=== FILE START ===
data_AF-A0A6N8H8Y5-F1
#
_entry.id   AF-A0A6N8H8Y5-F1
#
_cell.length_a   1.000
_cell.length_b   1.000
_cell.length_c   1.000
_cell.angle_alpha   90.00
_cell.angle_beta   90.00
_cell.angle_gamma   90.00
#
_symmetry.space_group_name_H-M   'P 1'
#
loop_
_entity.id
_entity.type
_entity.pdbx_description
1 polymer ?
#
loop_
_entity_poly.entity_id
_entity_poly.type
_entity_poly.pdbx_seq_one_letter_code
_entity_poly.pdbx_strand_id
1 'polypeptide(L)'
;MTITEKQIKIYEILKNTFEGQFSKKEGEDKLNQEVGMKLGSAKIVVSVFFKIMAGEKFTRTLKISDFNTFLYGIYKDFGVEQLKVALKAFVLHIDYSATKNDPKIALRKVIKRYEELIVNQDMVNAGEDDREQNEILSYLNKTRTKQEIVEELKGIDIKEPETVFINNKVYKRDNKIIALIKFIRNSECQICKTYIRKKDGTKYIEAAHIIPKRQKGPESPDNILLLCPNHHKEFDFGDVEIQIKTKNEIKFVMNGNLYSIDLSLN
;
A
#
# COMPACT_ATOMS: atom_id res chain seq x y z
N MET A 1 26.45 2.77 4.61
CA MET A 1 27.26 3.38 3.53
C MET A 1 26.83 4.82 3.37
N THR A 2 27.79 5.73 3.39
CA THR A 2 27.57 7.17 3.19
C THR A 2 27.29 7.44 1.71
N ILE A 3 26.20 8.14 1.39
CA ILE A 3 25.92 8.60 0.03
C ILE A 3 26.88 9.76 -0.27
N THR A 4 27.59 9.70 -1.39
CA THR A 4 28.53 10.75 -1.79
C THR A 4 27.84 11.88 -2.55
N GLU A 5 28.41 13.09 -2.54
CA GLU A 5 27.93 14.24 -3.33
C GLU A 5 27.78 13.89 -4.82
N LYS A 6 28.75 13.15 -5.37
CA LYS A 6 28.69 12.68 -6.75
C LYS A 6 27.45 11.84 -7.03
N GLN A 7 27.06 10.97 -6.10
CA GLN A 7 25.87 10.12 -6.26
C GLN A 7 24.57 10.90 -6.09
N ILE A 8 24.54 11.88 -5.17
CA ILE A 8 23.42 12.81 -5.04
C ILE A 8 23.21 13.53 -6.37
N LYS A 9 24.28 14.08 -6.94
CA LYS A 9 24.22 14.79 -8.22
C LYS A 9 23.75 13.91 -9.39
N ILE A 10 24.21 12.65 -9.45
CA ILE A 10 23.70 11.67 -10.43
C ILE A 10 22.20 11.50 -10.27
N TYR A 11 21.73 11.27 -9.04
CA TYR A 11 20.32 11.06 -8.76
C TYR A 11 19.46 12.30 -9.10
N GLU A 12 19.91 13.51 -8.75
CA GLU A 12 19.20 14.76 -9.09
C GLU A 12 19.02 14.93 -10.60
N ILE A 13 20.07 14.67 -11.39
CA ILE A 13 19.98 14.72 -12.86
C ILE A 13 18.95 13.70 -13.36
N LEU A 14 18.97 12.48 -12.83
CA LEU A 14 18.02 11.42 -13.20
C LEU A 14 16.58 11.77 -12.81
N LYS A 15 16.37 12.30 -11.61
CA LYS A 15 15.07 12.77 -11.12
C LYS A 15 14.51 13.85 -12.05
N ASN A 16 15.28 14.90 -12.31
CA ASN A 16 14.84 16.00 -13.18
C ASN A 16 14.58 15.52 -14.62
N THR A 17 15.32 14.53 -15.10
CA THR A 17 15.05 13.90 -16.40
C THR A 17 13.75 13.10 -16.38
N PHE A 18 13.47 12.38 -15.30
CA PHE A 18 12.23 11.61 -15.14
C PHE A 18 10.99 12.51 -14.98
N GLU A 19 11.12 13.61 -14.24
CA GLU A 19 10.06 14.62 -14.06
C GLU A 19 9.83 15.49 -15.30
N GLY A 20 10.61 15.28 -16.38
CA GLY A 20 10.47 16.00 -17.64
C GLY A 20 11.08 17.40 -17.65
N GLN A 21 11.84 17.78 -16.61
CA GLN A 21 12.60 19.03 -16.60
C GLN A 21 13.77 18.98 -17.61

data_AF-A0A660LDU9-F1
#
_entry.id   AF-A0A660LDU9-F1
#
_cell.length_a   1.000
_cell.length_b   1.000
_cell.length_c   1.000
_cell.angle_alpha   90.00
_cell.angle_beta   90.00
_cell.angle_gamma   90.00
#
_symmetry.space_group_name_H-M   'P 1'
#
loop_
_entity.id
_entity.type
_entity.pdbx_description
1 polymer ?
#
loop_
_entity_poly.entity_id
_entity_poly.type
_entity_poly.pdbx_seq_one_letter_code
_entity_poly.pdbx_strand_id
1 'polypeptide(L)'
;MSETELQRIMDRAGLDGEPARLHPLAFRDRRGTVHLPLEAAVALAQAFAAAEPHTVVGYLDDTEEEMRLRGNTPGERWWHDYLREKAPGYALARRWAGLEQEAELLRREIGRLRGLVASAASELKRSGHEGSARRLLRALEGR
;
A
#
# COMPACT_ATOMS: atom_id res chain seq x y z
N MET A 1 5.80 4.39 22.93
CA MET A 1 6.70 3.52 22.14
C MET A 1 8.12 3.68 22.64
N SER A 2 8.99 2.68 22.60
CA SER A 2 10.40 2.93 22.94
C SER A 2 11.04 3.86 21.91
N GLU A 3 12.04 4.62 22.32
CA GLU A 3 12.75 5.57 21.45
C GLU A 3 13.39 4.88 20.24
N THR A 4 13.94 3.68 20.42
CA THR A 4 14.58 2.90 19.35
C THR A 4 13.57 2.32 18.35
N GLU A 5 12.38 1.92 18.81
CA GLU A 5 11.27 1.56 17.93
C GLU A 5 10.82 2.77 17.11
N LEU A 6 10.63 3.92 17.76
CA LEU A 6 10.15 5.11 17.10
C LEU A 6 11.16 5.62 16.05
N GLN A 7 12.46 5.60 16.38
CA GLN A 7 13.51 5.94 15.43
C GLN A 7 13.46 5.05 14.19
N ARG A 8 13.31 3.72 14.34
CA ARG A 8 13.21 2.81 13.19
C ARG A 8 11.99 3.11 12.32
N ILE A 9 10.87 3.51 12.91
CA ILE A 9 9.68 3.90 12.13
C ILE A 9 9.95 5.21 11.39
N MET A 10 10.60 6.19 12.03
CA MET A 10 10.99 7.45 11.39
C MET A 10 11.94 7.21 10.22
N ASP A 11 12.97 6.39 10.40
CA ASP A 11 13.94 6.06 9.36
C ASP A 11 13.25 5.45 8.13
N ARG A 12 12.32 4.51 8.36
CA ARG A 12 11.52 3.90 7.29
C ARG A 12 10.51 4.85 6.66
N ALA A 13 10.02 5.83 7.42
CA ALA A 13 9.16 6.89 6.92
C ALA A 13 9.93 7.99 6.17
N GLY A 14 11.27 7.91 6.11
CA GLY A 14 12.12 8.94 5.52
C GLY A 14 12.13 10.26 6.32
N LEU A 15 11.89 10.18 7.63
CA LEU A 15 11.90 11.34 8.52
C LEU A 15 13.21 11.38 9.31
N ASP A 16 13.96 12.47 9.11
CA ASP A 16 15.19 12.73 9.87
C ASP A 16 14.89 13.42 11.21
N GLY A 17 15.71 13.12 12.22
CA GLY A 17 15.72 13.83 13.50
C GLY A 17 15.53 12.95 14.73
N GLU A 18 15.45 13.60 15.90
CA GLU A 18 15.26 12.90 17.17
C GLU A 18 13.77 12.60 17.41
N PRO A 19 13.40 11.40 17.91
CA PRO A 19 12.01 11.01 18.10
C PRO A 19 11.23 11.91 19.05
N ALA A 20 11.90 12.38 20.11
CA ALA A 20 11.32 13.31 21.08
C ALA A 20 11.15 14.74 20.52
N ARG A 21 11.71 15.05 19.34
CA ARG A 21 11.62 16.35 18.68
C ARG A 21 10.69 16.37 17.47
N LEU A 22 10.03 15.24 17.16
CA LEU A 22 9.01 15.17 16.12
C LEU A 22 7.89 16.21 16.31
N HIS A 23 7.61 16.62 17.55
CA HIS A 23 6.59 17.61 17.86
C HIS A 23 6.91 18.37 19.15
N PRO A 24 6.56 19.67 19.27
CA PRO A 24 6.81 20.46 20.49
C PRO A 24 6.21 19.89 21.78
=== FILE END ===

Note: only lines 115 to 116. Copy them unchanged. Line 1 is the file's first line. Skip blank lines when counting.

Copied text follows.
_entity_poly.type
_entity_poly.pdbx_seq_one_letter_code